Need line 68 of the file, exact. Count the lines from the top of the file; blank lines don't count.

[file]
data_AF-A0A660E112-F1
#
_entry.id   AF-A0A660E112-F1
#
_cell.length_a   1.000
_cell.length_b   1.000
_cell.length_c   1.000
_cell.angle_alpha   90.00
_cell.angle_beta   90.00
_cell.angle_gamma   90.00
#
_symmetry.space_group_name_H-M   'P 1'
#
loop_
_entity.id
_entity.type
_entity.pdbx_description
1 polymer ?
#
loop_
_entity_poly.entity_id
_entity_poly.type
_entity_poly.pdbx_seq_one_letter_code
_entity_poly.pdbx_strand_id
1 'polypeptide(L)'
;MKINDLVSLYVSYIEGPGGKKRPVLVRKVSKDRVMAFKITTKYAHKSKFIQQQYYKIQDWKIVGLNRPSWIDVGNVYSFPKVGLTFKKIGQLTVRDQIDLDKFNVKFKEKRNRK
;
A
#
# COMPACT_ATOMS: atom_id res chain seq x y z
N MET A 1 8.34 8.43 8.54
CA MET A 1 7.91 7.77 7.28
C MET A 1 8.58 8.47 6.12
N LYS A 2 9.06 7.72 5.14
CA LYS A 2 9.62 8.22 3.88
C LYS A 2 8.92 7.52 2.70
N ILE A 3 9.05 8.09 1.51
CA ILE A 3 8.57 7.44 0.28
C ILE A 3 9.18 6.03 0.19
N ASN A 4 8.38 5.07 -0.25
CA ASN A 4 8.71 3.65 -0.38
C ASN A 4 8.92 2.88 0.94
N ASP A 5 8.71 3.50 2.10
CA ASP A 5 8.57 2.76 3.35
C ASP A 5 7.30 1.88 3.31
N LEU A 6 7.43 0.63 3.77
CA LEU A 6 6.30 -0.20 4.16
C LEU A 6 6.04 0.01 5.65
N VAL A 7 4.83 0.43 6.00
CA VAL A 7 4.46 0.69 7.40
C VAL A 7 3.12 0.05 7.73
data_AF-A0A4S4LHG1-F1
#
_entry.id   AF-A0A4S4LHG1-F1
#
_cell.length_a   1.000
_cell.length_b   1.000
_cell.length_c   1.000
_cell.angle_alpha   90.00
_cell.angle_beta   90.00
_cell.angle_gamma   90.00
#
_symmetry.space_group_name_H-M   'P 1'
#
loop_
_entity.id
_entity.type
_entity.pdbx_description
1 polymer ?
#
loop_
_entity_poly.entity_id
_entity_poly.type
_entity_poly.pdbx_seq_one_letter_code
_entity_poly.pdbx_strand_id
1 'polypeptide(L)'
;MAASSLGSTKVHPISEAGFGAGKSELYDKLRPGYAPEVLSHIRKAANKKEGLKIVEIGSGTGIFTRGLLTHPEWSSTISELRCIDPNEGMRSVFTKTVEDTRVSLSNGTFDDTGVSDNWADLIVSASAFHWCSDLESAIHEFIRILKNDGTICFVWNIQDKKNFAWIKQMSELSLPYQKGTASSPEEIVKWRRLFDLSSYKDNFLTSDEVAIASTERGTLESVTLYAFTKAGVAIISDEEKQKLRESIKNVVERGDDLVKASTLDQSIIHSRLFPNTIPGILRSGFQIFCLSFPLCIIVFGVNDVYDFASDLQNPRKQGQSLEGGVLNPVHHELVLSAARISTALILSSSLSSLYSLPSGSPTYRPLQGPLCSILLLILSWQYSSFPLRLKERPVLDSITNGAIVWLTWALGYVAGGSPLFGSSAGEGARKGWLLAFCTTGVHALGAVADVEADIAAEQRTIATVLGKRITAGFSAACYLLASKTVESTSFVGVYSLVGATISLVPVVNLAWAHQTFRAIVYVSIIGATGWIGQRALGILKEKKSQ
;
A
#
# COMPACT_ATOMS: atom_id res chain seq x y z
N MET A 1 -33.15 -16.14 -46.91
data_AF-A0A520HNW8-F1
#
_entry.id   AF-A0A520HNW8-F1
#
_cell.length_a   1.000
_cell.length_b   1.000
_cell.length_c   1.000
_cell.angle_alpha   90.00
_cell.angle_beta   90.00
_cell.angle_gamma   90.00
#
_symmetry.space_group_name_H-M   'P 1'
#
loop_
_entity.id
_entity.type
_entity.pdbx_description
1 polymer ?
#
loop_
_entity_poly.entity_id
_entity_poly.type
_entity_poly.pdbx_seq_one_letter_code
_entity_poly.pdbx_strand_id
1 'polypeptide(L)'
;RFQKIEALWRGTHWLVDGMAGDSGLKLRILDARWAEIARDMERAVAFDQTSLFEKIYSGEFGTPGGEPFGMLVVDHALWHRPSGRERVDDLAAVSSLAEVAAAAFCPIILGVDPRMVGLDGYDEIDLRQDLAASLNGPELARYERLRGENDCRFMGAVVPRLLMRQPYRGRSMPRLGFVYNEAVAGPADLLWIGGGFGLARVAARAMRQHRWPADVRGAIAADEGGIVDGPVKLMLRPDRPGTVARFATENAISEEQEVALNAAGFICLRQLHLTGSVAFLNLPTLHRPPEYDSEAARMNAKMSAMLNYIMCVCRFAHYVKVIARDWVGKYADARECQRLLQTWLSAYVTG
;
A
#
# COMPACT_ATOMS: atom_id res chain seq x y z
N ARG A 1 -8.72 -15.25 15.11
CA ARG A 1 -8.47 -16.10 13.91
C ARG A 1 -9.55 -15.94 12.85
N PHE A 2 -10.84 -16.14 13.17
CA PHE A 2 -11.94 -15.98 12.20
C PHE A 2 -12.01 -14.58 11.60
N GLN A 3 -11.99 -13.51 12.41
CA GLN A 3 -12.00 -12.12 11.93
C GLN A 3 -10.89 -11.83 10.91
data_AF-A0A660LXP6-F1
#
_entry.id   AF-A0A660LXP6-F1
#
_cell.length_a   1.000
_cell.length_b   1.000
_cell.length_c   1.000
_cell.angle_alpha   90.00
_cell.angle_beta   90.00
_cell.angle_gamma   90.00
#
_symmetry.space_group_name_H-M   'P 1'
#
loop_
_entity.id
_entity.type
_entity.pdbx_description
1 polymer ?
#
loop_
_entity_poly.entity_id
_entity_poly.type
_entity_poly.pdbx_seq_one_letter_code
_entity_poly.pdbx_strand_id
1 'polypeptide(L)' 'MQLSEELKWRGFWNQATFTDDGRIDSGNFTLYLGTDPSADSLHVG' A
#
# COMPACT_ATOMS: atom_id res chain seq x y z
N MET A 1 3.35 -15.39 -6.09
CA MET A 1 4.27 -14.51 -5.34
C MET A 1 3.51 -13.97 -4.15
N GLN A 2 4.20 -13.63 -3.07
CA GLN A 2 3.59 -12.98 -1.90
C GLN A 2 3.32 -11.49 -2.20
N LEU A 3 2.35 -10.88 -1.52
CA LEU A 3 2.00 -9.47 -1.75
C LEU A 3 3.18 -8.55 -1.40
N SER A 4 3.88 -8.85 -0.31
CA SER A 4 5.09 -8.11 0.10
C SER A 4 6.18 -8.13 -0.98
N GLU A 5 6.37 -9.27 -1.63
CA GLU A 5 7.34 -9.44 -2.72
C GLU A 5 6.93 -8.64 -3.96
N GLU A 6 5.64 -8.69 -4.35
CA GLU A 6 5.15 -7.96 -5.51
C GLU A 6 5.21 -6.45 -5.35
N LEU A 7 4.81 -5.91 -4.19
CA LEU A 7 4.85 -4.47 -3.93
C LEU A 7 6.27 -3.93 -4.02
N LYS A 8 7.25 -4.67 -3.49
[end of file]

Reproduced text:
_entity.pdbx_description